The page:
Male factor infertility and when to consider a sperm donor

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Male factor infertility and when to consider a sperm donor

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The decision to use a sperm donor can be a very challenging one for couples. Fortunately, because of all the advancing productive techniques available, many couples don't have to make that decision. If the semen analysis shows that there is an abnormality in sperm production, an insemination can be performed. This is where a man would come in to the office, provide a semen sample, and the sperm from that sample is concentrated into a very small amount of culture media. It's placed at the top of the uterus via a small cathether. So the sperm are much closer to the fallopian tubes and can fertilize the egg. If, however, inseminations don't work, or there is a severe abnormality in the semen analysis, then, In Vitro Fertilization, or IVF is a great option. With IVF, even if the semen analysis shows very low sperm numbers, fertilization rates are still pretty good, because the sperm and the egg are put into direct contact with each other. Alternatively, a couple can go through something called, Intracytoplasmic Sperm Injection. This is a procedure done with IVF. This is called ICSI. With ICSI, one sperm is directly injected into the egg. Therefore, you only need one sperm for every egg that a woman produces in an IVF cycle. Because of these options, many couples don't have to go directly to a sperm donor. Even for men who don't have any sperm in the ejaculate, oftentimes, the urologist can retrieve sperm directly from the testicle. If however, that is not a possibility, or a couple doesn't want to undergo fertility treatments, or it is too expensive, using the sperm donor is a valid and wonderful option for those couples.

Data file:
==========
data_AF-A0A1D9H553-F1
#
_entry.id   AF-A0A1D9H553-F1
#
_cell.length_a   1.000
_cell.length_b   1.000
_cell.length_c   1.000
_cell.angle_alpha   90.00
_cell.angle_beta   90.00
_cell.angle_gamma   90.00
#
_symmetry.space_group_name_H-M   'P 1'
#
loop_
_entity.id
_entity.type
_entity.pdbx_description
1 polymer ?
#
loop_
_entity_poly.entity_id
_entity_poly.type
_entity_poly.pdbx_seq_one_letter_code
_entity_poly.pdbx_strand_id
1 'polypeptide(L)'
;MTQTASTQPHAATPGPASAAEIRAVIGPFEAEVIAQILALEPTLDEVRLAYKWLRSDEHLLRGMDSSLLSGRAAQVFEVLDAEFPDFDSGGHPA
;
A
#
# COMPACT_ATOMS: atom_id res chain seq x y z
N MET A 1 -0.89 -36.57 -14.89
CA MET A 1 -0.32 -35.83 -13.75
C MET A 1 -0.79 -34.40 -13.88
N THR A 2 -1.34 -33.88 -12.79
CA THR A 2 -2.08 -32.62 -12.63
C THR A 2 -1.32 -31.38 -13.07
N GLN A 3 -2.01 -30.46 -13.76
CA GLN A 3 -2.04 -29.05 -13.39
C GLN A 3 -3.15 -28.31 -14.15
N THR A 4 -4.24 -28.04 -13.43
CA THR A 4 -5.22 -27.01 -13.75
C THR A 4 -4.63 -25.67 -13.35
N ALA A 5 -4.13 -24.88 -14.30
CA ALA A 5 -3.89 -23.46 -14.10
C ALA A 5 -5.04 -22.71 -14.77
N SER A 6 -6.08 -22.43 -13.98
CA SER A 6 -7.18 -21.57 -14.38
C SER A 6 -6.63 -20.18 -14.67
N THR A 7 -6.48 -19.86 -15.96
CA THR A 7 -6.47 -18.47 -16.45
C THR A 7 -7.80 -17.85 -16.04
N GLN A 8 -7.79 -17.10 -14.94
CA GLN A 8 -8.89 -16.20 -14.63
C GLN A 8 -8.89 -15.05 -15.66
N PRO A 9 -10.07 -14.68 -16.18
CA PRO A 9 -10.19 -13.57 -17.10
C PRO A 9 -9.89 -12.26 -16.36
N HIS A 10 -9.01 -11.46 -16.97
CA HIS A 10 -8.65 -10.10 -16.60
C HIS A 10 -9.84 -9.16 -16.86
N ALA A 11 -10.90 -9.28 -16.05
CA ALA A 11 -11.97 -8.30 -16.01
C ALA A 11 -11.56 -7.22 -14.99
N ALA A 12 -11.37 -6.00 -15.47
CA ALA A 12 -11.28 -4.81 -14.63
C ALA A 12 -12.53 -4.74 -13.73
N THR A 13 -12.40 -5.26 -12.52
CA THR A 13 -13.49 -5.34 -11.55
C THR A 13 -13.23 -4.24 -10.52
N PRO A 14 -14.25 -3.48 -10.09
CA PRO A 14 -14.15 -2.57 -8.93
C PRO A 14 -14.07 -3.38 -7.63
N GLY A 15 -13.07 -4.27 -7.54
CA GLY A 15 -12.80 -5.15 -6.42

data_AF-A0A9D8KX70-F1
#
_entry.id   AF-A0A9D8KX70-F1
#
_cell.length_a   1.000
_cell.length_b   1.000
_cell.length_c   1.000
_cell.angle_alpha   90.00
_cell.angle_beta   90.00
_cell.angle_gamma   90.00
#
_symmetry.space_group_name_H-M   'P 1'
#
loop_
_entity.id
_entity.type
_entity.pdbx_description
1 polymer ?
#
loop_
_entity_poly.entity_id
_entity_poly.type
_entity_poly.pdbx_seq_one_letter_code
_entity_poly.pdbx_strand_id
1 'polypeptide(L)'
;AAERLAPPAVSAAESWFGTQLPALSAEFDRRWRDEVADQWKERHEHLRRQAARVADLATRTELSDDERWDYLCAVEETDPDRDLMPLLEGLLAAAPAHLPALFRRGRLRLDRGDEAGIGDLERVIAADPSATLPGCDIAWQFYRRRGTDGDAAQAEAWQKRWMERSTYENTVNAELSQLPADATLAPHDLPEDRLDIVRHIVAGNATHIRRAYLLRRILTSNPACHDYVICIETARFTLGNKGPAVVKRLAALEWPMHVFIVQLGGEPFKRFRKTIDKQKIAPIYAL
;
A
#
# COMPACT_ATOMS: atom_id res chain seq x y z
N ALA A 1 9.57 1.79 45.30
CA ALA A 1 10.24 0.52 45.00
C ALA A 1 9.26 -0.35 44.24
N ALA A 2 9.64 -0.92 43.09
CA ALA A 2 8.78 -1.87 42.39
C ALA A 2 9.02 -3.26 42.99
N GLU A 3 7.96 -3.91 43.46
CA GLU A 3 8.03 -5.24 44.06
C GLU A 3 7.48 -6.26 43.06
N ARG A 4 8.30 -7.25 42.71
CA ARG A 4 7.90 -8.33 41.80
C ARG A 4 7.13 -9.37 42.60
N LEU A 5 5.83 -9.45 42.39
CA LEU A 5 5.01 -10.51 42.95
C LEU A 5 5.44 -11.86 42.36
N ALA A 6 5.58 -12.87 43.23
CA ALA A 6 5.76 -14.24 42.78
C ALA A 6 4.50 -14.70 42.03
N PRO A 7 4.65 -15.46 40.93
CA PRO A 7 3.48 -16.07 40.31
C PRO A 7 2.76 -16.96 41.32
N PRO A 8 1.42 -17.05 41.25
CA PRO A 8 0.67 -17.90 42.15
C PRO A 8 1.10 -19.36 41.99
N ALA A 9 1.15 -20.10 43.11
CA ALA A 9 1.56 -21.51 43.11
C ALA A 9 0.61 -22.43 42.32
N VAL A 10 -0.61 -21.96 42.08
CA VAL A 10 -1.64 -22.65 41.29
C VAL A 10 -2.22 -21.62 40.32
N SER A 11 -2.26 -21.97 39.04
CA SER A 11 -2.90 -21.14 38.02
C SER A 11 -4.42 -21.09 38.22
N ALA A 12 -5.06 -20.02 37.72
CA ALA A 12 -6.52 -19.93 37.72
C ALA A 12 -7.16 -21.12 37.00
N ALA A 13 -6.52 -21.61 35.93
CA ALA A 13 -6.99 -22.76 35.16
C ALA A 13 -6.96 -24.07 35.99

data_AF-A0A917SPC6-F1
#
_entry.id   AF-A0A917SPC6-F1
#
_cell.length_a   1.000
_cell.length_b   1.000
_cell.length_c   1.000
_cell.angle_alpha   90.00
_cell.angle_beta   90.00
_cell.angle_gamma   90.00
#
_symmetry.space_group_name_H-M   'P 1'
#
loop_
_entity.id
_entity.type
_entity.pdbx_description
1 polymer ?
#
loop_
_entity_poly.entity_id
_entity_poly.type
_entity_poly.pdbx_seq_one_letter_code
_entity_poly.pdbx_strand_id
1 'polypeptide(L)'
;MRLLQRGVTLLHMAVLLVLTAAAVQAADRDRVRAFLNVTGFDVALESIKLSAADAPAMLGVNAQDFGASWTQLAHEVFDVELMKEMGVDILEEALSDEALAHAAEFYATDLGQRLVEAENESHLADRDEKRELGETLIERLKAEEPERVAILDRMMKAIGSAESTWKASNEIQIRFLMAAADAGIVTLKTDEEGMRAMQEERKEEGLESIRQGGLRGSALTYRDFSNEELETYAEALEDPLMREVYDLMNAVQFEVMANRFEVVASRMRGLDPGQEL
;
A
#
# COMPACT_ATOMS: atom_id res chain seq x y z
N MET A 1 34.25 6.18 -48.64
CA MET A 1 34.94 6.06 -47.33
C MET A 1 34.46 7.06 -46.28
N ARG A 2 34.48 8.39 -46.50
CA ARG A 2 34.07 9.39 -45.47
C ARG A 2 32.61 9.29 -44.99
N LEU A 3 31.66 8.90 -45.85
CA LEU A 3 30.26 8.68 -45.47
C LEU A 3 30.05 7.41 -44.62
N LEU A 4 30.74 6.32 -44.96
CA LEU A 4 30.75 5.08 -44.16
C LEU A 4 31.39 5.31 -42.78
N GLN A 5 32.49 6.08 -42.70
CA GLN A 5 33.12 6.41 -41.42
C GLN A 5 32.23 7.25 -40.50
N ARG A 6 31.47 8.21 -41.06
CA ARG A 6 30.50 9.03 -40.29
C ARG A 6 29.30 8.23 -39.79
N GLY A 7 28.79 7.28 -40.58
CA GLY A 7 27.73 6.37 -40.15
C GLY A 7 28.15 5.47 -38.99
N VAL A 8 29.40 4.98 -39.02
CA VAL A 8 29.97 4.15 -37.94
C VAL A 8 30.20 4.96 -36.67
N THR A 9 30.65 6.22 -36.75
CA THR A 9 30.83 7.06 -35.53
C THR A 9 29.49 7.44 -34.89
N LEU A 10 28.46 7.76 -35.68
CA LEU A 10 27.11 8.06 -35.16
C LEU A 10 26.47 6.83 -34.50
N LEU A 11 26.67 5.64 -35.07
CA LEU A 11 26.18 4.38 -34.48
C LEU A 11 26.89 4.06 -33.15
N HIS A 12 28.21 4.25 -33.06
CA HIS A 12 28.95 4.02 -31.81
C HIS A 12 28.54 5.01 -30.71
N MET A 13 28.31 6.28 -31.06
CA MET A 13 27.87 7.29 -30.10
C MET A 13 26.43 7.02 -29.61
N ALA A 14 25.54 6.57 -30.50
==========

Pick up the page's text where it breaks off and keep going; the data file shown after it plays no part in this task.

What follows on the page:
View Kristin Bendikson, MD's video on Male factor infertility and when to consider a sperm donor...

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Kristin Bendikson, MD

Fertility Specialist

Dr. Kristin A. Bendikson joined USC Fertility after finishing her obstetrics and gynecology residency at Harvard Medical School and completing her subspecialty training in Reproductive Endocrinology and Infertility at the internationally renowned Center for Reproductive Medicine and Infertility at Cornell University Medical College. During that time, she received intensive training in ovulation induction, in vitro fertilization and fertility surgery, as well as the management of other disorders including recurrent pregnancy loss, endometriosis, and polycystic ovarian syndrome. Kristin received her undergraduate degree from UCLA and attended the prestigious New York University School of Medicine. Her extensive training and years in practice have prepared her to deal with the most difficult and challenging cases.

Kristin holds the title of Assistant Professor of Obstetrics and Gynecology in the Division of Reproductive Endocrinology and Infertility at the USC Keck School of Medicine. She is the currently the principal investigator of several research projects including the study of zygote intrafallopian tube transfer for women of advanced reproductive age, aging of the uterine endometrium and vitamin D and its role in infertility. It is her goal to provide the highest quality care for her patients and to help them fulfill their desire of having a healthy baby. In addition, she strives to guide her patients through what can be a trying and difficult journey by providing them with the support and personal attention they need.

Fertility expert, teacher, and researcher, Kristin is also a married mother of two. She resides in West Los Angeles with her family.

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